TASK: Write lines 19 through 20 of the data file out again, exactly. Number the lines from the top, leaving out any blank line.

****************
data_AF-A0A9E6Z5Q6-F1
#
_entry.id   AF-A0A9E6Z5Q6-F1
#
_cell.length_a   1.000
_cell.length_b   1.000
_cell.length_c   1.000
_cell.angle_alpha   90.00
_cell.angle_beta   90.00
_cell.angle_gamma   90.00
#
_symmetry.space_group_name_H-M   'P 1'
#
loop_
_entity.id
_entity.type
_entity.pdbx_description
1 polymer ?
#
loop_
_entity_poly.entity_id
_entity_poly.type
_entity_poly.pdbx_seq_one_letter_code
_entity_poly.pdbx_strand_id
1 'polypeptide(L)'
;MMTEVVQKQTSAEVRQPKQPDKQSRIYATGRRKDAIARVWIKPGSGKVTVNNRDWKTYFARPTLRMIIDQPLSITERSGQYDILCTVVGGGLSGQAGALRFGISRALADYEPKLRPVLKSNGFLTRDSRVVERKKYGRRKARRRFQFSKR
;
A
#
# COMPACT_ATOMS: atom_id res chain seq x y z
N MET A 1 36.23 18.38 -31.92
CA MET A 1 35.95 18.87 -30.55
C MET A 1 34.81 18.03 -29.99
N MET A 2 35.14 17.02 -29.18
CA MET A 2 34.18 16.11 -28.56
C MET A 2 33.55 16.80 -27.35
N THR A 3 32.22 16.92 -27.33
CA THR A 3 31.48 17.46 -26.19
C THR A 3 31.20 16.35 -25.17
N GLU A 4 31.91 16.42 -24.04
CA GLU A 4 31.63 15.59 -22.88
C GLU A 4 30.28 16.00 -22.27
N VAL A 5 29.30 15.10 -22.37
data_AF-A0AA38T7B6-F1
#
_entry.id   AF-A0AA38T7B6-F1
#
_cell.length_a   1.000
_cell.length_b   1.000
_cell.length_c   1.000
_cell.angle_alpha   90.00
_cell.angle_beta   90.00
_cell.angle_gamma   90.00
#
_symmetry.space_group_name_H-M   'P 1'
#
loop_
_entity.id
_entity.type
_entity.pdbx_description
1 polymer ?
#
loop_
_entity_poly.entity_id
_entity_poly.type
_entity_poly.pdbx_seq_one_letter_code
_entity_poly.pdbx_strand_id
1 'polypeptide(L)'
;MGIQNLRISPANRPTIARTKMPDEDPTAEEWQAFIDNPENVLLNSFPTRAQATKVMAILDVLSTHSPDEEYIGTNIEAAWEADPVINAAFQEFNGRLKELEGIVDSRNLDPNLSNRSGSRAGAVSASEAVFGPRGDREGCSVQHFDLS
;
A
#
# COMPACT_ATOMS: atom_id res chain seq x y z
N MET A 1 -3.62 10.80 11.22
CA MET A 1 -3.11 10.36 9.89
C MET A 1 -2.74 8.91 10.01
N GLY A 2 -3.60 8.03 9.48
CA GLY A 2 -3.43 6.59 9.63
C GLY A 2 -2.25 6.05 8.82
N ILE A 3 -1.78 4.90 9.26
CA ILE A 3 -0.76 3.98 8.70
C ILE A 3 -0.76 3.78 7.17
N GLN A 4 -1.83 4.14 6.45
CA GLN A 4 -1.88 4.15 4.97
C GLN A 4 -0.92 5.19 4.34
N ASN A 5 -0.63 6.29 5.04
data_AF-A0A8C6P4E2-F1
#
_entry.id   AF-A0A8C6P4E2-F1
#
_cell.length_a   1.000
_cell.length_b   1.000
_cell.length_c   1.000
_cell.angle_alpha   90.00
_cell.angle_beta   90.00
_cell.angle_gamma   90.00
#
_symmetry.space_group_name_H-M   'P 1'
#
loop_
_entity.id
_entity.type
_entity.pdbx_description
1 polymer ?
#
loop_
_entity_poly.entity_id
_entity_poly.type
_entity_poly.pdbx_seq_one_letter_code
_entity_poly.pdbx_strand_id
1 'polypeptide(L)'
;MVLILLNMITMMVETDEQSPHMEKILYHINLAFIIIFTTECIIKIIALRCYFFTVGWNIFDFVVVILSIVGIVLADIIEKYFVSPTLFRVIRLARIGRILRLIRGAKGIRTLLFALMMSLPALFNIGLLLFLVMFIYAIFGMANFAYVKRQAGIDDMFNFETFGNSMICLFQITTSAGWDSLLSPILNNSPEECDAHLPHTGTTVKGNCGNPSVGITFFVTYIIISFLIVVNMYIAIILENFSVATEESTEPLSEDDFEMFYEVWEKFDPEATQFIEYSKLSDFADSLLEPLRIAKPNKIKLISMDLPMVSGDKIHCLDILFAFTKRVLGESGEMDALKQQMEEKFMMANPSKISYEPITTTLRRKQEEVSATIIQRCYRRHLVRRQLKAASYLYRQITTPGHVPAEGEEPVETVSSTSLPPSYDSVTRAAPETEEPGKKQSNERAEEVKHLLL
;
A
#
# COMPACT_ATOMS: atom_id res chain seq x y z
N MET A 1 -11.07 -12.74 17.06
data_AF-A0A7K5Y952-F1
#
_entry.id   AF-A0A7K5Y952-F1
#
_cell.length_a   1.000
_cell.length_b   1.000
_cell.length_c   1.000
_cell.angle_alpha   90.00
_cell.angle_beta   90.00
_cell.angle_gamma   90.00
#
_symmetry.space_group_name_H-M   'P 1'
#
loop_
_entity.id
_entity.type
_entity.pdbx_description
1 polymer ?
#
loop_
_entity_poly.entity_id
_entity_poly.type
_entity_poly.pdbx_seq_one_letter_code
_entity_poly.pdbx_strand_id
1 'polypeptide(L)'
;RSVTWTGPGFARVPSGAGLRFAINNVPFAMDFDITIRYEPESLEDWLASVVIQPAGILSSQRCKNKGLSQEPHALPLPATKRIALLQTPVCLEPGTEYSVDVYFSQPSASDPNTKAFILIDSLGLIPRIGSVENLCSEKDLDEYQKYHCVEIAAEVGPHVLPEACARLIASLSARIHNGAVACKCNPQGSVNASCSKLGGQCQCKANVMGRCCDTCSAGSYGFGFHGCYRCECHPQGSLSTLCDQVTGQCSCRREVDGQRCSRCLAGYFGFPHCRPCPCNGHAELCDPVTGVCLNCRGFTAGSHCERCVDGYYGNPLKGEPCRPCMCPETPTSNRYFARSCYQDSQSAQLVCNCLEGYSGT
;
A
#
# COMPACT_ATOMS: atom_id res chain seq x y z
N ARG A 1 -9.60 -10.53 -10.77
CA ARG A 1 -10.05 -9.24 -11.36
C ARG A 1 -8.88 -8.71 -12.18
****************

#
loop_